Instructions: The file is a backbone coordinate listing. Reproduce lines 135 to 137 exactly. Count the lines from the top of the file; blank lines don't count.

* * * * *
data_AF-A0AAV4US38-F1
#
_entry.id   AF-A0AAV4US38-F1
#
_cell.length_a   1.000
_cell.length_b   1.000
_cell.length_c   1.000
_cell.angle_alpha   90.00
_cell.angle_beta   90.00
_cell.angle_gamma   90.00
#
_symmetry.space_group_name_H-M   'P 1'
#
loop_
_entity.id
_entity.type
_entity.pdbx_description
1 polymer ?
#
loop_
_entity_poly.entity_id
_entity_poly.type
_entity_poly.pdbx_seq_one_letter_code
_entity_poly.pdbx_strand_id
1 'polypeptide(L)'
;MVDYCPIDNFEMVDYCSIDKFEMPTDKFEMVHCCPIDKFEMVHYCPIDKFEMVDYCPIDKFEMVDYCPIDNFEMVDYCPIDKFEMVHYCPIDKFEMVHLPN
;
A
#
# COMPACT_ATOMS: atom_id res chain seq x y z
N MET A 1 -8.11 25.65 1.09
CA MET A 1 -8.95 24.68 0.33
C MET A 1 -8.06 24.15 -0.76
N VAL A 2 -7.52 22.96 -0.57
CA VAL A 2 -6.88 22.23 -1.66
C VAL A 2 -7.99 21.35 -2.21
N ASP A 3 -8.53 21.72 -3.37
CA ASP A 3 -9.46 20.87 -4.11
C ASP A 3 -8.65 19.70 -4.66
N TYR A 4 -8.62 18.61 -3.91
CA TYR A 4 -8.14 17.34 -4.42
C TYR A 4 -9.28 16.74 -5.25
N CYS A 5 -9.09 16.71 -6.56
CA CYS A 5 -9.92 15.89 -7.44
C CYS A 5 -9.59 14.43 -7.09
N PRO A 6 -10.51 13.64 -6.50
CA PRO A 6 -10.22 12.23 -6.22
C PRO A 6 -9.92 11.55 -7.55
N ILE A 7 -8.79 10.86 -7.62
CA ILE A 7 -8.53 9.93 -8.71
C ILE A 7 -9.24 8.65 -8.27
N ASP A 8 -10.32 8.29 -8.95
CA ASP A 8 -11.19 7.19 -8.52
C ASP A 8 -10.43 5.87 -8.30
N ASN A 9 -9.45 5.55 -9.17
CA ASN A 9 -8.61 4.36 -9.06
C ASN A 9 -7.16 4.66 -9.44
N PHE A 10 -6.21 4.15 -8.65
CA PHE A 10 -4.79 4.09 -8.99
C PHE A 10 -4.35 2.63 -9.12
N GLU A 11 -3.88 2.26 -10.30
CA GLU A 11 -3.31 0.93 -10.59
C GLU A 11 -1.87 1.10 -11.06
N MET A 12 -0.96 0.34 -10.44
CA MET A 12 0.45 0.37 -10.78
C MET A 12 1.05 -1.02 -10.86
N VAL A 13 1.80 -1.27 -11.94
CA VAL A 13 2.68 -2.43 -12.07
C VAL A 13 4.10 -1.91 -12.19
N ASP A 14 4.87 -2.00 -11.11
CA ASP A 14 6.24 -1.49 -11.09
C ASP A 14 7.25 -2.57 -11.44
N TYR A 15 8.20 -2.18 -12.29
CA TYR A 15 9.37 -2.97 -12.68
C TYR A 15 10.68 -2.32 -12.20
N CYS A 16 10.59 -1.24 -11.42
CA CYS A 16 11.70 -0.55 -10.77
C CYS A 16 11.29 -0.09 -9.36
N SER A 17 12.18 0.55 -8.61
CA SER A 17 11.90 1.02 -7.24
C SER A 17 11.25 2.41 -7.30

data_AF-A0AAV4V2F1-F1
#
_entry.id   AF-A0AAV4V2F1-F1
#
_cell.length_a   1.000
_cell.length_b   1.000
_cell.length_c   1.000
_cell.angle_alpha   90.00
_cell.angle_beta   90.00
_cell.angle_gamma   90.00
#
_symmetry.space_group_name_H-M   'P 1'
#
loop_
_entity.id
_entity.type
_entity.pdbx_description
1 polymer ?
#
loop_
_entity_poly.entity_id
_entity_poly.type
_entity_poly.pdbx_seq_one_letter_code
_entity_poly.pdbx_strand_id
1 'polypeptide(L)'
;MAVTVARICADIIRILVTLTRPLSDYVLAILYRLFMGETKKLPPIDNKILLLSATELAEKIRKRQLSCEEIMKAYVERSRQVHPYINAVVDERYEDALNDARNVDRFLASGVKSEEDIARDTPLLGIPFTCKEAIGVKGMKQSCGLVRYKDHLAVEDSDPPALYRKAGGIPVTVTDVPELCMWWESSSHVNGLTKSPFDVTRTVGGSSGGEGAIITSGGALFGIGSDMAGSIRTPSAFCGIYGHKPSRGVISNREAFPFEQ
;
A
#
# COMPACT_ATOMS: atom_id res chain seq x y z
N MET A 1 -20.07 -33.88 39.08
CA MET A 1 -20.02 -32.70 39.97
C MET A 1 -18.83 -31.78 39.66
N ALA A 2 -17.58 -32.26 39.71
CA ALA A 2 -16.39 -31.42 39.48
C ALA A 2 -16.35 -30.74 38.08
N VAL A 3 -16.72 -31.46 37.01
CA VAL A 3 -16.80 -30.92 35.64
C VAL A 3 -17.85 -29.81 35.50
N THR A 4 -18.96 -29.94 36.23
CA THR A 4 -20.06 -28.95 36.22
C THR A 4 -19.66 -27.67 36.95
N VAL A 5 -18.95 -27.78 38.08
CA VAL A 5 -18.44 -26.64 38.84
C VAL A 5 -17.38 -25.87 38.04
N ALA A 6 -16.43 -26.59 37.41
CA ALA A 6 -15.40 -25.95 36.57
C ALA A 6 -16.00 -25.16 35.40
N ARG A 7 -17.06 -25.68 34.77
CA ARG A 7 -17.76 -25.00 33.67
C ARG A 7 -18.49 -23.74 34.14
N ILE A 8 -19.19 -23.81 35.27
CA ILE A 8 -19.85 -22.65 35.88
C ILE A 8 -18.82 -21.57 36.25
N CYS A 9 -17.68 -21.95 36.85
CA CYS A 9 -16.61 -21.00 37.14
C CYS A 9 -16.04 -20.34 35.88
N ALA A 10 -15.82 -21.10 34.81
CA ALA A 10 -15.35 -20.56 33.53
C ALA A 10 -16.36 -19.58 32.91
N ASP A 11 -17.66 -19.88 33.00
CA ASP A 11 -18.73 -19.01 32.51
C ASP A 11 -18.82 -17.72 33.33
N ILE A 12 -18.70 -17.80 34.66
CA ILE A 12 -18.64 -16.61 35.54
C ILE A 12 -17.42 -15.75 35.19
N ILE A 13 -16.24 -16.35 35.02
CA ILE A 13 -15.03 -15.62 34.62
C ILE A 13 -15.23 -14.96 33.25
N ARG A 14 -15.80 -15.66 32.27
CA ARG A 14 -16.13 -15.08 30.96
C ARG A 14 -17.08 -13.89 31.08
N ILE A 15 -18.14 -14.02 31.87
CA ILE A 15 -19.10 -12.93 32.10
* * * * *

C ILE A 8 -18.82 -21.57 36.25
N CYS A 9 -17.68 -21.95 36.85
CA CYS A 9 -16.61 -21.00 37.14